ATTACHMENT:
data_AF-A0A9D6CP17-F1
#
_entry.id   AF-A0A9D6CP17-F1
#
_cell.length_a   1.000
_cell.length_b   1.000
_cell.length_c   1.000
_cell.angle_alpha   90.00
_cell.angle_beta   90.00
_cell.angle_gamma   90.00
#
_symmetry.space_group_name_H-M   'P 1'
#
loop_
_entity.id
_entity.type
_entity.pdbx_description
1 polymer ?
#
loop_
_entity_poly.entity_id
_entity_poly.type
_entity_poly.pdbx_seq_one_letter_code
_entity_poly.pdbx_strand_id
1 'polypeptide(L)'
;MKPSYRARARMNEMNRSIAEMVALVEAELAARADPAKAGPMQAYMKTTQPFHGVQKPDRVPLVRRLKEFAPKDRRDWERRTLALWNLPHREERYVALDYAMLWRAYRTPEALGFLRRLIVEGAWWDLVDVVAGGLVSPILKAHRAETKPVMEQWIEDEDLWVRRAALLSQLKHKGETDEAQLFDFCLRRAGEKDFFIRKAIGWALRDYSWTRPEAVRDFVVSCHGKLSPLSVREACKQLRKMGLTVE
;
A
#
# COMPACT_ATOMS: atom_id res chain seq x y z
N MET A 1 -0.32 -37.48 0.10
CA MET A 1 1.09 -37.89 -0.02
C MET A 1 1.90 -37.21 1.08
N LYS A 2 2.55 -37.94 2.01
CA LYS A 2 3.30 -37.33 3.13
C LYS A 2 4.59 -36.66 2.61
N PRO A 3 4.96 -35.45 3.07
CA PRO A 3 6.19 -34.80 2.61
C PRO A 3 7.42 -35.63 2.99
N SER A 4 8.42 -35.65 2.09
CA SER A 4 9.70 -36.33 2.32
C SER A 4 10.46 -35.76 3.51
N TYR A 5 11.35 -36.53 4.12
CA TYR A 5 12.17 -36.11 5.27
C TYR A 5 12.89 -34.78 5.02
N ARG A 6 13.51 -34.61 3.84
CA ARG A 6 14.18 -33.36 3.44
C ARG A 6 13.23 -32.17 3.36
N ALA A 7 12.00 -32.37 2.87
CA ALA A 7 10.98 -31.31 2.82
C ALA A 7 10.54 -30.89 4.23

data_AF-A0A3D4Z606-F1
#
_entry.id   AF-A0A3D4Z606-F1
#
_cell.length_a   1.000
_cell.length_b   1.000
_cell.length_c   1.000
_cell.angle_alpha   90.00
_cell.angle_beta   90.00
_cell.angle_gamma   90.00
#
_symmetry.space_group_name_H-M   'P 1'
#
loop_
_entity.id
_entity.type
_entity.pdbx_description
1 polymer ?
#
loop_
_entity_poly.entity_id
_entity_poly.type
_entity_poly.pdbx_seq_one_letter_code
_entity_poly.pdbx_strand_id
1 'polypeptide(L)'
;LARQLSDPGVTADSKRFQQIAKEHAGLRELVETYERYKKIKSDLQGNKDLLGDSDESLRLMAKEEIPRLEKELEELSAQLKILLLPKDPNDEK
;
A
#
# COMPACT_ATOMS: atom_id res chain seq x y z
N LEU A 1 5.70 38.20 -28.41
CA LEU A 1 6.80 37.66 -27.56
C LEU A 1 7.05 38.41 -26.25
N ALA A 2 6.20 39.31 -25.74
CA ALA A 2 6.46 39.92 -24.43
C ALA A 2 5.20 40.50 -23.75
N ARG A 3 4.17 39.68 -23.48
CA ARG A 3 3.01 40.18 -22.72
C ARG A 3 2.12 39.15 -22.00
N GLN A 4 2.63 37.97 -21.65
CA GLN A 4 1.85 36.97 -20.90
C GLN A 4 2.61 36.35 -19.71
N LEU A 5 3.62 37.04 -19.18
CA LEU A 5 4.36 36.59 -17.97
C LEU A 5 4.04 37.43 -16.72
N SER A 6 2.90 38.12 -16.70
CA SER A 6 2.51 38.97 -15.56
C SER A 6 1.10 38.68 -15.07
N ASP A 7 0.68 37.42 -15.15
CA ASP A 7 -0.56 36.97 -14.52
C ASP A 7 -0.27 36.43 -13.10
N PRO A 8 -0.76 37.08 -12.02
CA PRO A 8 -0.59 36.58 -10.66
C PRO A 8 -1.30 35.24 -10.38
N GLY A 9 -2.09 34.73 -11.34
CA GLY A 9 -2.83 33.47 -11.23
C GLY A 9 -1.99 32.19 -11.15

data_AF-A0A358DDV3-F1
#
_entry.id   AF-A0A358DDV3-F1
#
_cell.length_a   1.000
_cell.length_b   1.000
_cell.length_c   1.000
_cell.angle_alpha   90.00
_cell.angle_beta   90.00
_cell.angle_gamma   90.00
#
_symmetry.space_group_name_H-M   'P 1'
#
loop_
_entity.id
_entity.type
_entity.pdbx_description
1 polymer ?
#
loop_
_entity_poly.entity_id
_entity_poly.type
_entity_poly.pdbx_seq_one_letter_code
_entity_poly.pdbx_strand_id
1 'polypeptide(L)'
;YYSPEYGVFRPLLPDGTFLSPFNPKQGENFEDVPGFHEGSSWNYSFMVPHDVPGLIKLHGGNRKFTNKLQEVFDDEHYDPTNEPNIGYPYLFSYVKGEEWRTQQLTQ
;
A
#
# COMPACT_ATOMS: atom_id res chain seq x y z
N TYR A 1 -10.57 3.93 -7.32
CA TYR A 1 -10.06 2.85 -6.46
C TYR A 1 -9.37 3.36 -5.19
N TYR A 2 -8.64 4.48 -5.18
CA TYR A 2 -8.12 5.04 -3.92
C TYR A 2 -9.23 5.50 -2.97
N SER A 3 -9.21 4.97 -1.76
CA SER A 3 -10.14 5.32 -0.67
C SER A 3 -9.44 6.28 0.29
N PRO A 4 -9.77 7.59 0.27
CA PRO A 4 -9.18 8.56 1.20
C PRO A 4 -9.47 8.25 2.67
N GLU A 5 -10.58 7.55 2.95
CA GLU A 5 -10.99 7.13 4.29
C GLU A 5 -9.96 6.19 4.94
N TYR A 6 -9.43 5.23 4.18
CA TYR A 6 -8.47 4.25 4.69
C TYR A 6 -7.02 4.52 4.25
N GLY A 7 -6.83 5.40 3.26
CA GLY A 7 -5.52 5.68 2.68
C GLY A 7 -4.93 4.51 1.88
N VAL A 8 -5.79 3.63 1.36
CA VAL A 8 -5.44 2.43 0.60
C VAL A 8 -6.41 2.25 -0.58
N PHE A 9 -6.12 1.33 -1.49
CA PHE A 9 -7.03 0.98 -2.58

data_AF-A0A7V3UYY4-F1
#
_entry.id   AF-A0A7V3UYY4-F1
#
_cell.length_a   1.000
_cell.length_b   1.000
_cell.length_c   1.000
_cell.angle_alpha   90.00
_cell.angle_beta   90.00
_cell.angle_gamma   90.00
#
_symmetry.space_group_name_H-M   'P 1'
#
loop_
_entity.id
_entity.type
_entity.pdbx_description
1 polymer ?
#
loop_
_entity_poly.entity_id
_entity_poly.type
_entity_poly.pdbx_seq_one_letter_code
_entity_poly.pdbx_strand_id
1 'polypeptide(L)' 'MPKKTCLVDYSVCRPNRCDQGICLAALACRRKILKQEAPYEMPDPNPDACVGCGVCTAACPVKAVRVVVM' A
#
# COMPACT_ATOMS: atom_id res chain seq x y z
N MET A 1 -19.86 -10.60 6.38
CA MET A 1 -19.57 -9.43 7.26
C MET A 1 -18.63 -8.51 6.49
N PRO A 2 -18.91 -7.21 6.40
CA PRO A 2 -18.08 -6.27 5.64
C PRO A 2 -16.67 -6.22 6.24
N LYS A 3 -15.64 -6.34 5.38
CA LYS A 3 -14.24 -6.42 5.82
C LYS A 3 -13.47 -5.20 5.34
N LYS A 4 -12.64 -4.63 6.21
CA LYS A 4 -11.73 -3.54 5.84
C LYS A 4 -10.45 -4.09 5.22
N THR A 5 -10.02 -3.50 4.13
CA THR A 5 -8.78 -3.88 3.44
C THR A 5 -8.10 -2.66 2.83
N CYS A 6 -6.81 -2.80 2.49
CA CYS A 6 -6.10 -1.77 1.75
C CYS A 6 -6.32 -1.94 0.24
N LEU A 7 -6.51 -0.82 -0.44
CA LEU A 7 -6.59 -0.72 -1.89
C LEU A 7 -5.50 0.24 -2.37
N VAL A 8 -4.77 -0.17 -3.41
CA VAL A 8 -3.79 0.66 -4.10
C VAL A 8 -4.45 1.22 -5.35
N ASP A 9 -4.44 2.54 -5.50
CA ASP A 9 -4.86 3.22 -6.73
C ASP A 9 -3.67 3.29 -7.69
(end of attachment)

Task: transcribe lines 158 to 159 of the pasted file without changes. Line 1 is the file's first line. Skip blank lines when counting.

CA GLY A 7 -5.52 5.68 2.68
C GLY A 7 -4.93 4.51 1.88